Note: Where available, the PDF/Word icon below is provided to view the complete and fully formatted document
 Download Current HansardDownload Current Hansard    View Or Save XMLView/Save XML

Previous Fragment    Next Fragment
Monday, 2 December 2002
Page: 6896


Senator HARRADINE (9:18 PM) —by leave—I move amendments (1) and (R4) on sheet 2751:

(1) Clause 7, page 4 (after line 18), after the definition of human embryo, insert:

human tissue includes a cell, cells or cultured cells that have a human genome or an altered human genome.

(R4) Page 11 (after line 5), at the end of Division 2, add:

12C Offence—commercial trading in human tissue, human eggs, human sperm or human embryos

(1) A person commits an offence if the person intentionally receives, or offers to receive, valuable consideration from another person for the supply of human tissue (including the person's own tissue).

Maximum penalty: Imprisonment for 10 years.

(2) A person commits an offence if the person intentionally gives or offers valuable consideration from another person for the supply of human tissue.

Maximum penalty: Imprisonment for 10 years.

This issue is a very vital one. It goes to the question of the trading in that which comes from a human. It really has to do with the commercialisation of the human body and the tissues derived therefrom. I am proposing that there be an offence of commercial trading in human tissue, human eggs, human sperm or human embryos. I am proposing that the definition of `human tissue' include `a cell, cells or cultured cells that have a human genome or an altered human genome'.

This amendment would make it an offence to trade in human tissue, human eggs, human sperm or human embryos and would support state laws by plugging a possible loophole in the law. Trade in human tissues is prohibited in every state of the Commonwealth. The production of human cell cultures derived from human cells or cultures, especially stem cell cultures, would provide alternative ways of deriving stem cells and tissues that may not be considered human tissues in state laws because they were not obtained by removal from a human body.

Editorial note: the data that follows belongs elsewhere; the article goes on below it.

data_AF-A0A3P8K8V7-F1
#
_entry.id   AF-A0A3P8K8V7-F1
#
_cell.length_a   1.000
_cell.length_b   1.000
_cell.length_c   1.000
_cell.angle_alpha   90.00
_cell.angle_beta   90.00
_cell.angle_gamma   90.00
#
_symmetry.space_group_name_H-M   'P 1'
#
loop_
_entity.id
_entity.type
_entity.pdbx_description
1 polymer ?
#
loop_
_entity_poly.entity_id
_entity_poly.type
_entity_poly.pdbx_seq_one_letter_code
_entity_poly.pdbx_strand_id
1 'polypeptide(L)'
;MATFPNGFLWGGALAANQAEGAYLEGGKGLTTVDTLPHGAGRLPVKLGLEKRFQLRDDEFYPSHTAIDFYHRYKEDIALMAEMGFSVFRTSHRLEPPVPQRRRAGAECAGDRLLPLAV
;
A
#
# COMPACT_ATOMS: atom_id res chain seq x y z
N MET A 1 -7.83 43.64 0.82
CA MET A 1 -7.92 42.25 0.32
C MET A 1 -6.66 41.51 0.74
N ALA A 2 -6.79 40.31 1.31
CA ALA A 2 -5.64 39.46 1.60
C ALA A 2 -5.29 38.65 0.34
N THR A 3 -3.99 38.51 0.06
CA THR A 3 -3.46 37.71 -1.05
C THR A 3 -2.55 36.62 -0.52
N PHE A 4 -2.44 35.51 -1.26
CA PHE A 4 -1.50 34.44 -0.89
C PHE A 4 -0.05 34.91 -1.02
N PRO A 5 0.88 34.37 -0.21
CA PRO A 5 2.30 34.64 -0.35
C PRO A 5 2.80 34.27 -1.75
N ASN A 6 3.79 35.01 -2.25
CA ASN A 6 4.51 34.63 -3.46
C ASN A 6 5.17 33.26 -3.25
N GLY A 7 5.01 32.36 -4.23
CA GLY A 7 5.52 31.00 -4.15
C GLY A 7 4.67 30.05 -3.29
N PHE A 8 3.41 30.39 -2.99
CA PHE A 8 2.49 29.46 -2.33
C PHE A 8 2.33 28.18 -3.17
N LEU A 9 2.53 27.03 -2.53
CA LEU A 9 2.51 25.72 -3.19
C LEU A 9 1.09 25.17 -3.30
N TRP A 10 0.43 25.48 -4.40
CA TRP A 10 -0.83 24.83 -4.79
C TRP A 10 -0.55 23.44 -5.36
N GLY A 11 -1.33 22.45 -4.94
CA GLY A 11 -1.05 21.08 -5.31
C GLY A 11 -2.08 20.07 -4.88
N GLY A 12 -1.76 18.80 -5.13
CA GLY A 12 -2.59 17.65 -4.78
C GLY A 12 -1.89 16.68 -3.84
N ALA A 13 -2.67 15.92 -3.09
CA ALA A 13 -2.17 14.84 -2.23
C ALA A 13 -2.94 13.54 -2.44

There is a need to ensure that the medical procedures made lawful by the bill do not serve to avoid this important element of existing state law. The prohibition of trade in human tissue is important and has facilitated the existence of relatively inexpensive, efficient and universally available blood bank and organ transplant services. The creation of the lawful possibility of trade in human cells and tissues, and thus a market for them, would prevent a similar development occurring in relation to human tissues and human cells derived by culturing human cells. Such commercialisation would restrict access to human tissues and cells arising from cell cultures to those who could afford them. I would be interested to hear what the Labor Party has to say about that.

The prohibition on trade in human tissue has been an admirable feature of Australian society. The blood bank and organ transplantation services are part of Australia's social capital and the envy of the world for their low cost, high standard, efficiency and universal availability. Trade in human tissue and blood parts is thought by many to involve disrespect for the social and moral significance of humans. I ask the chamber to support this amendment and to support it for the reasons that I have suggested, but also to block a possible loophole in state laws in respect of the process we are endorsing under this legislation.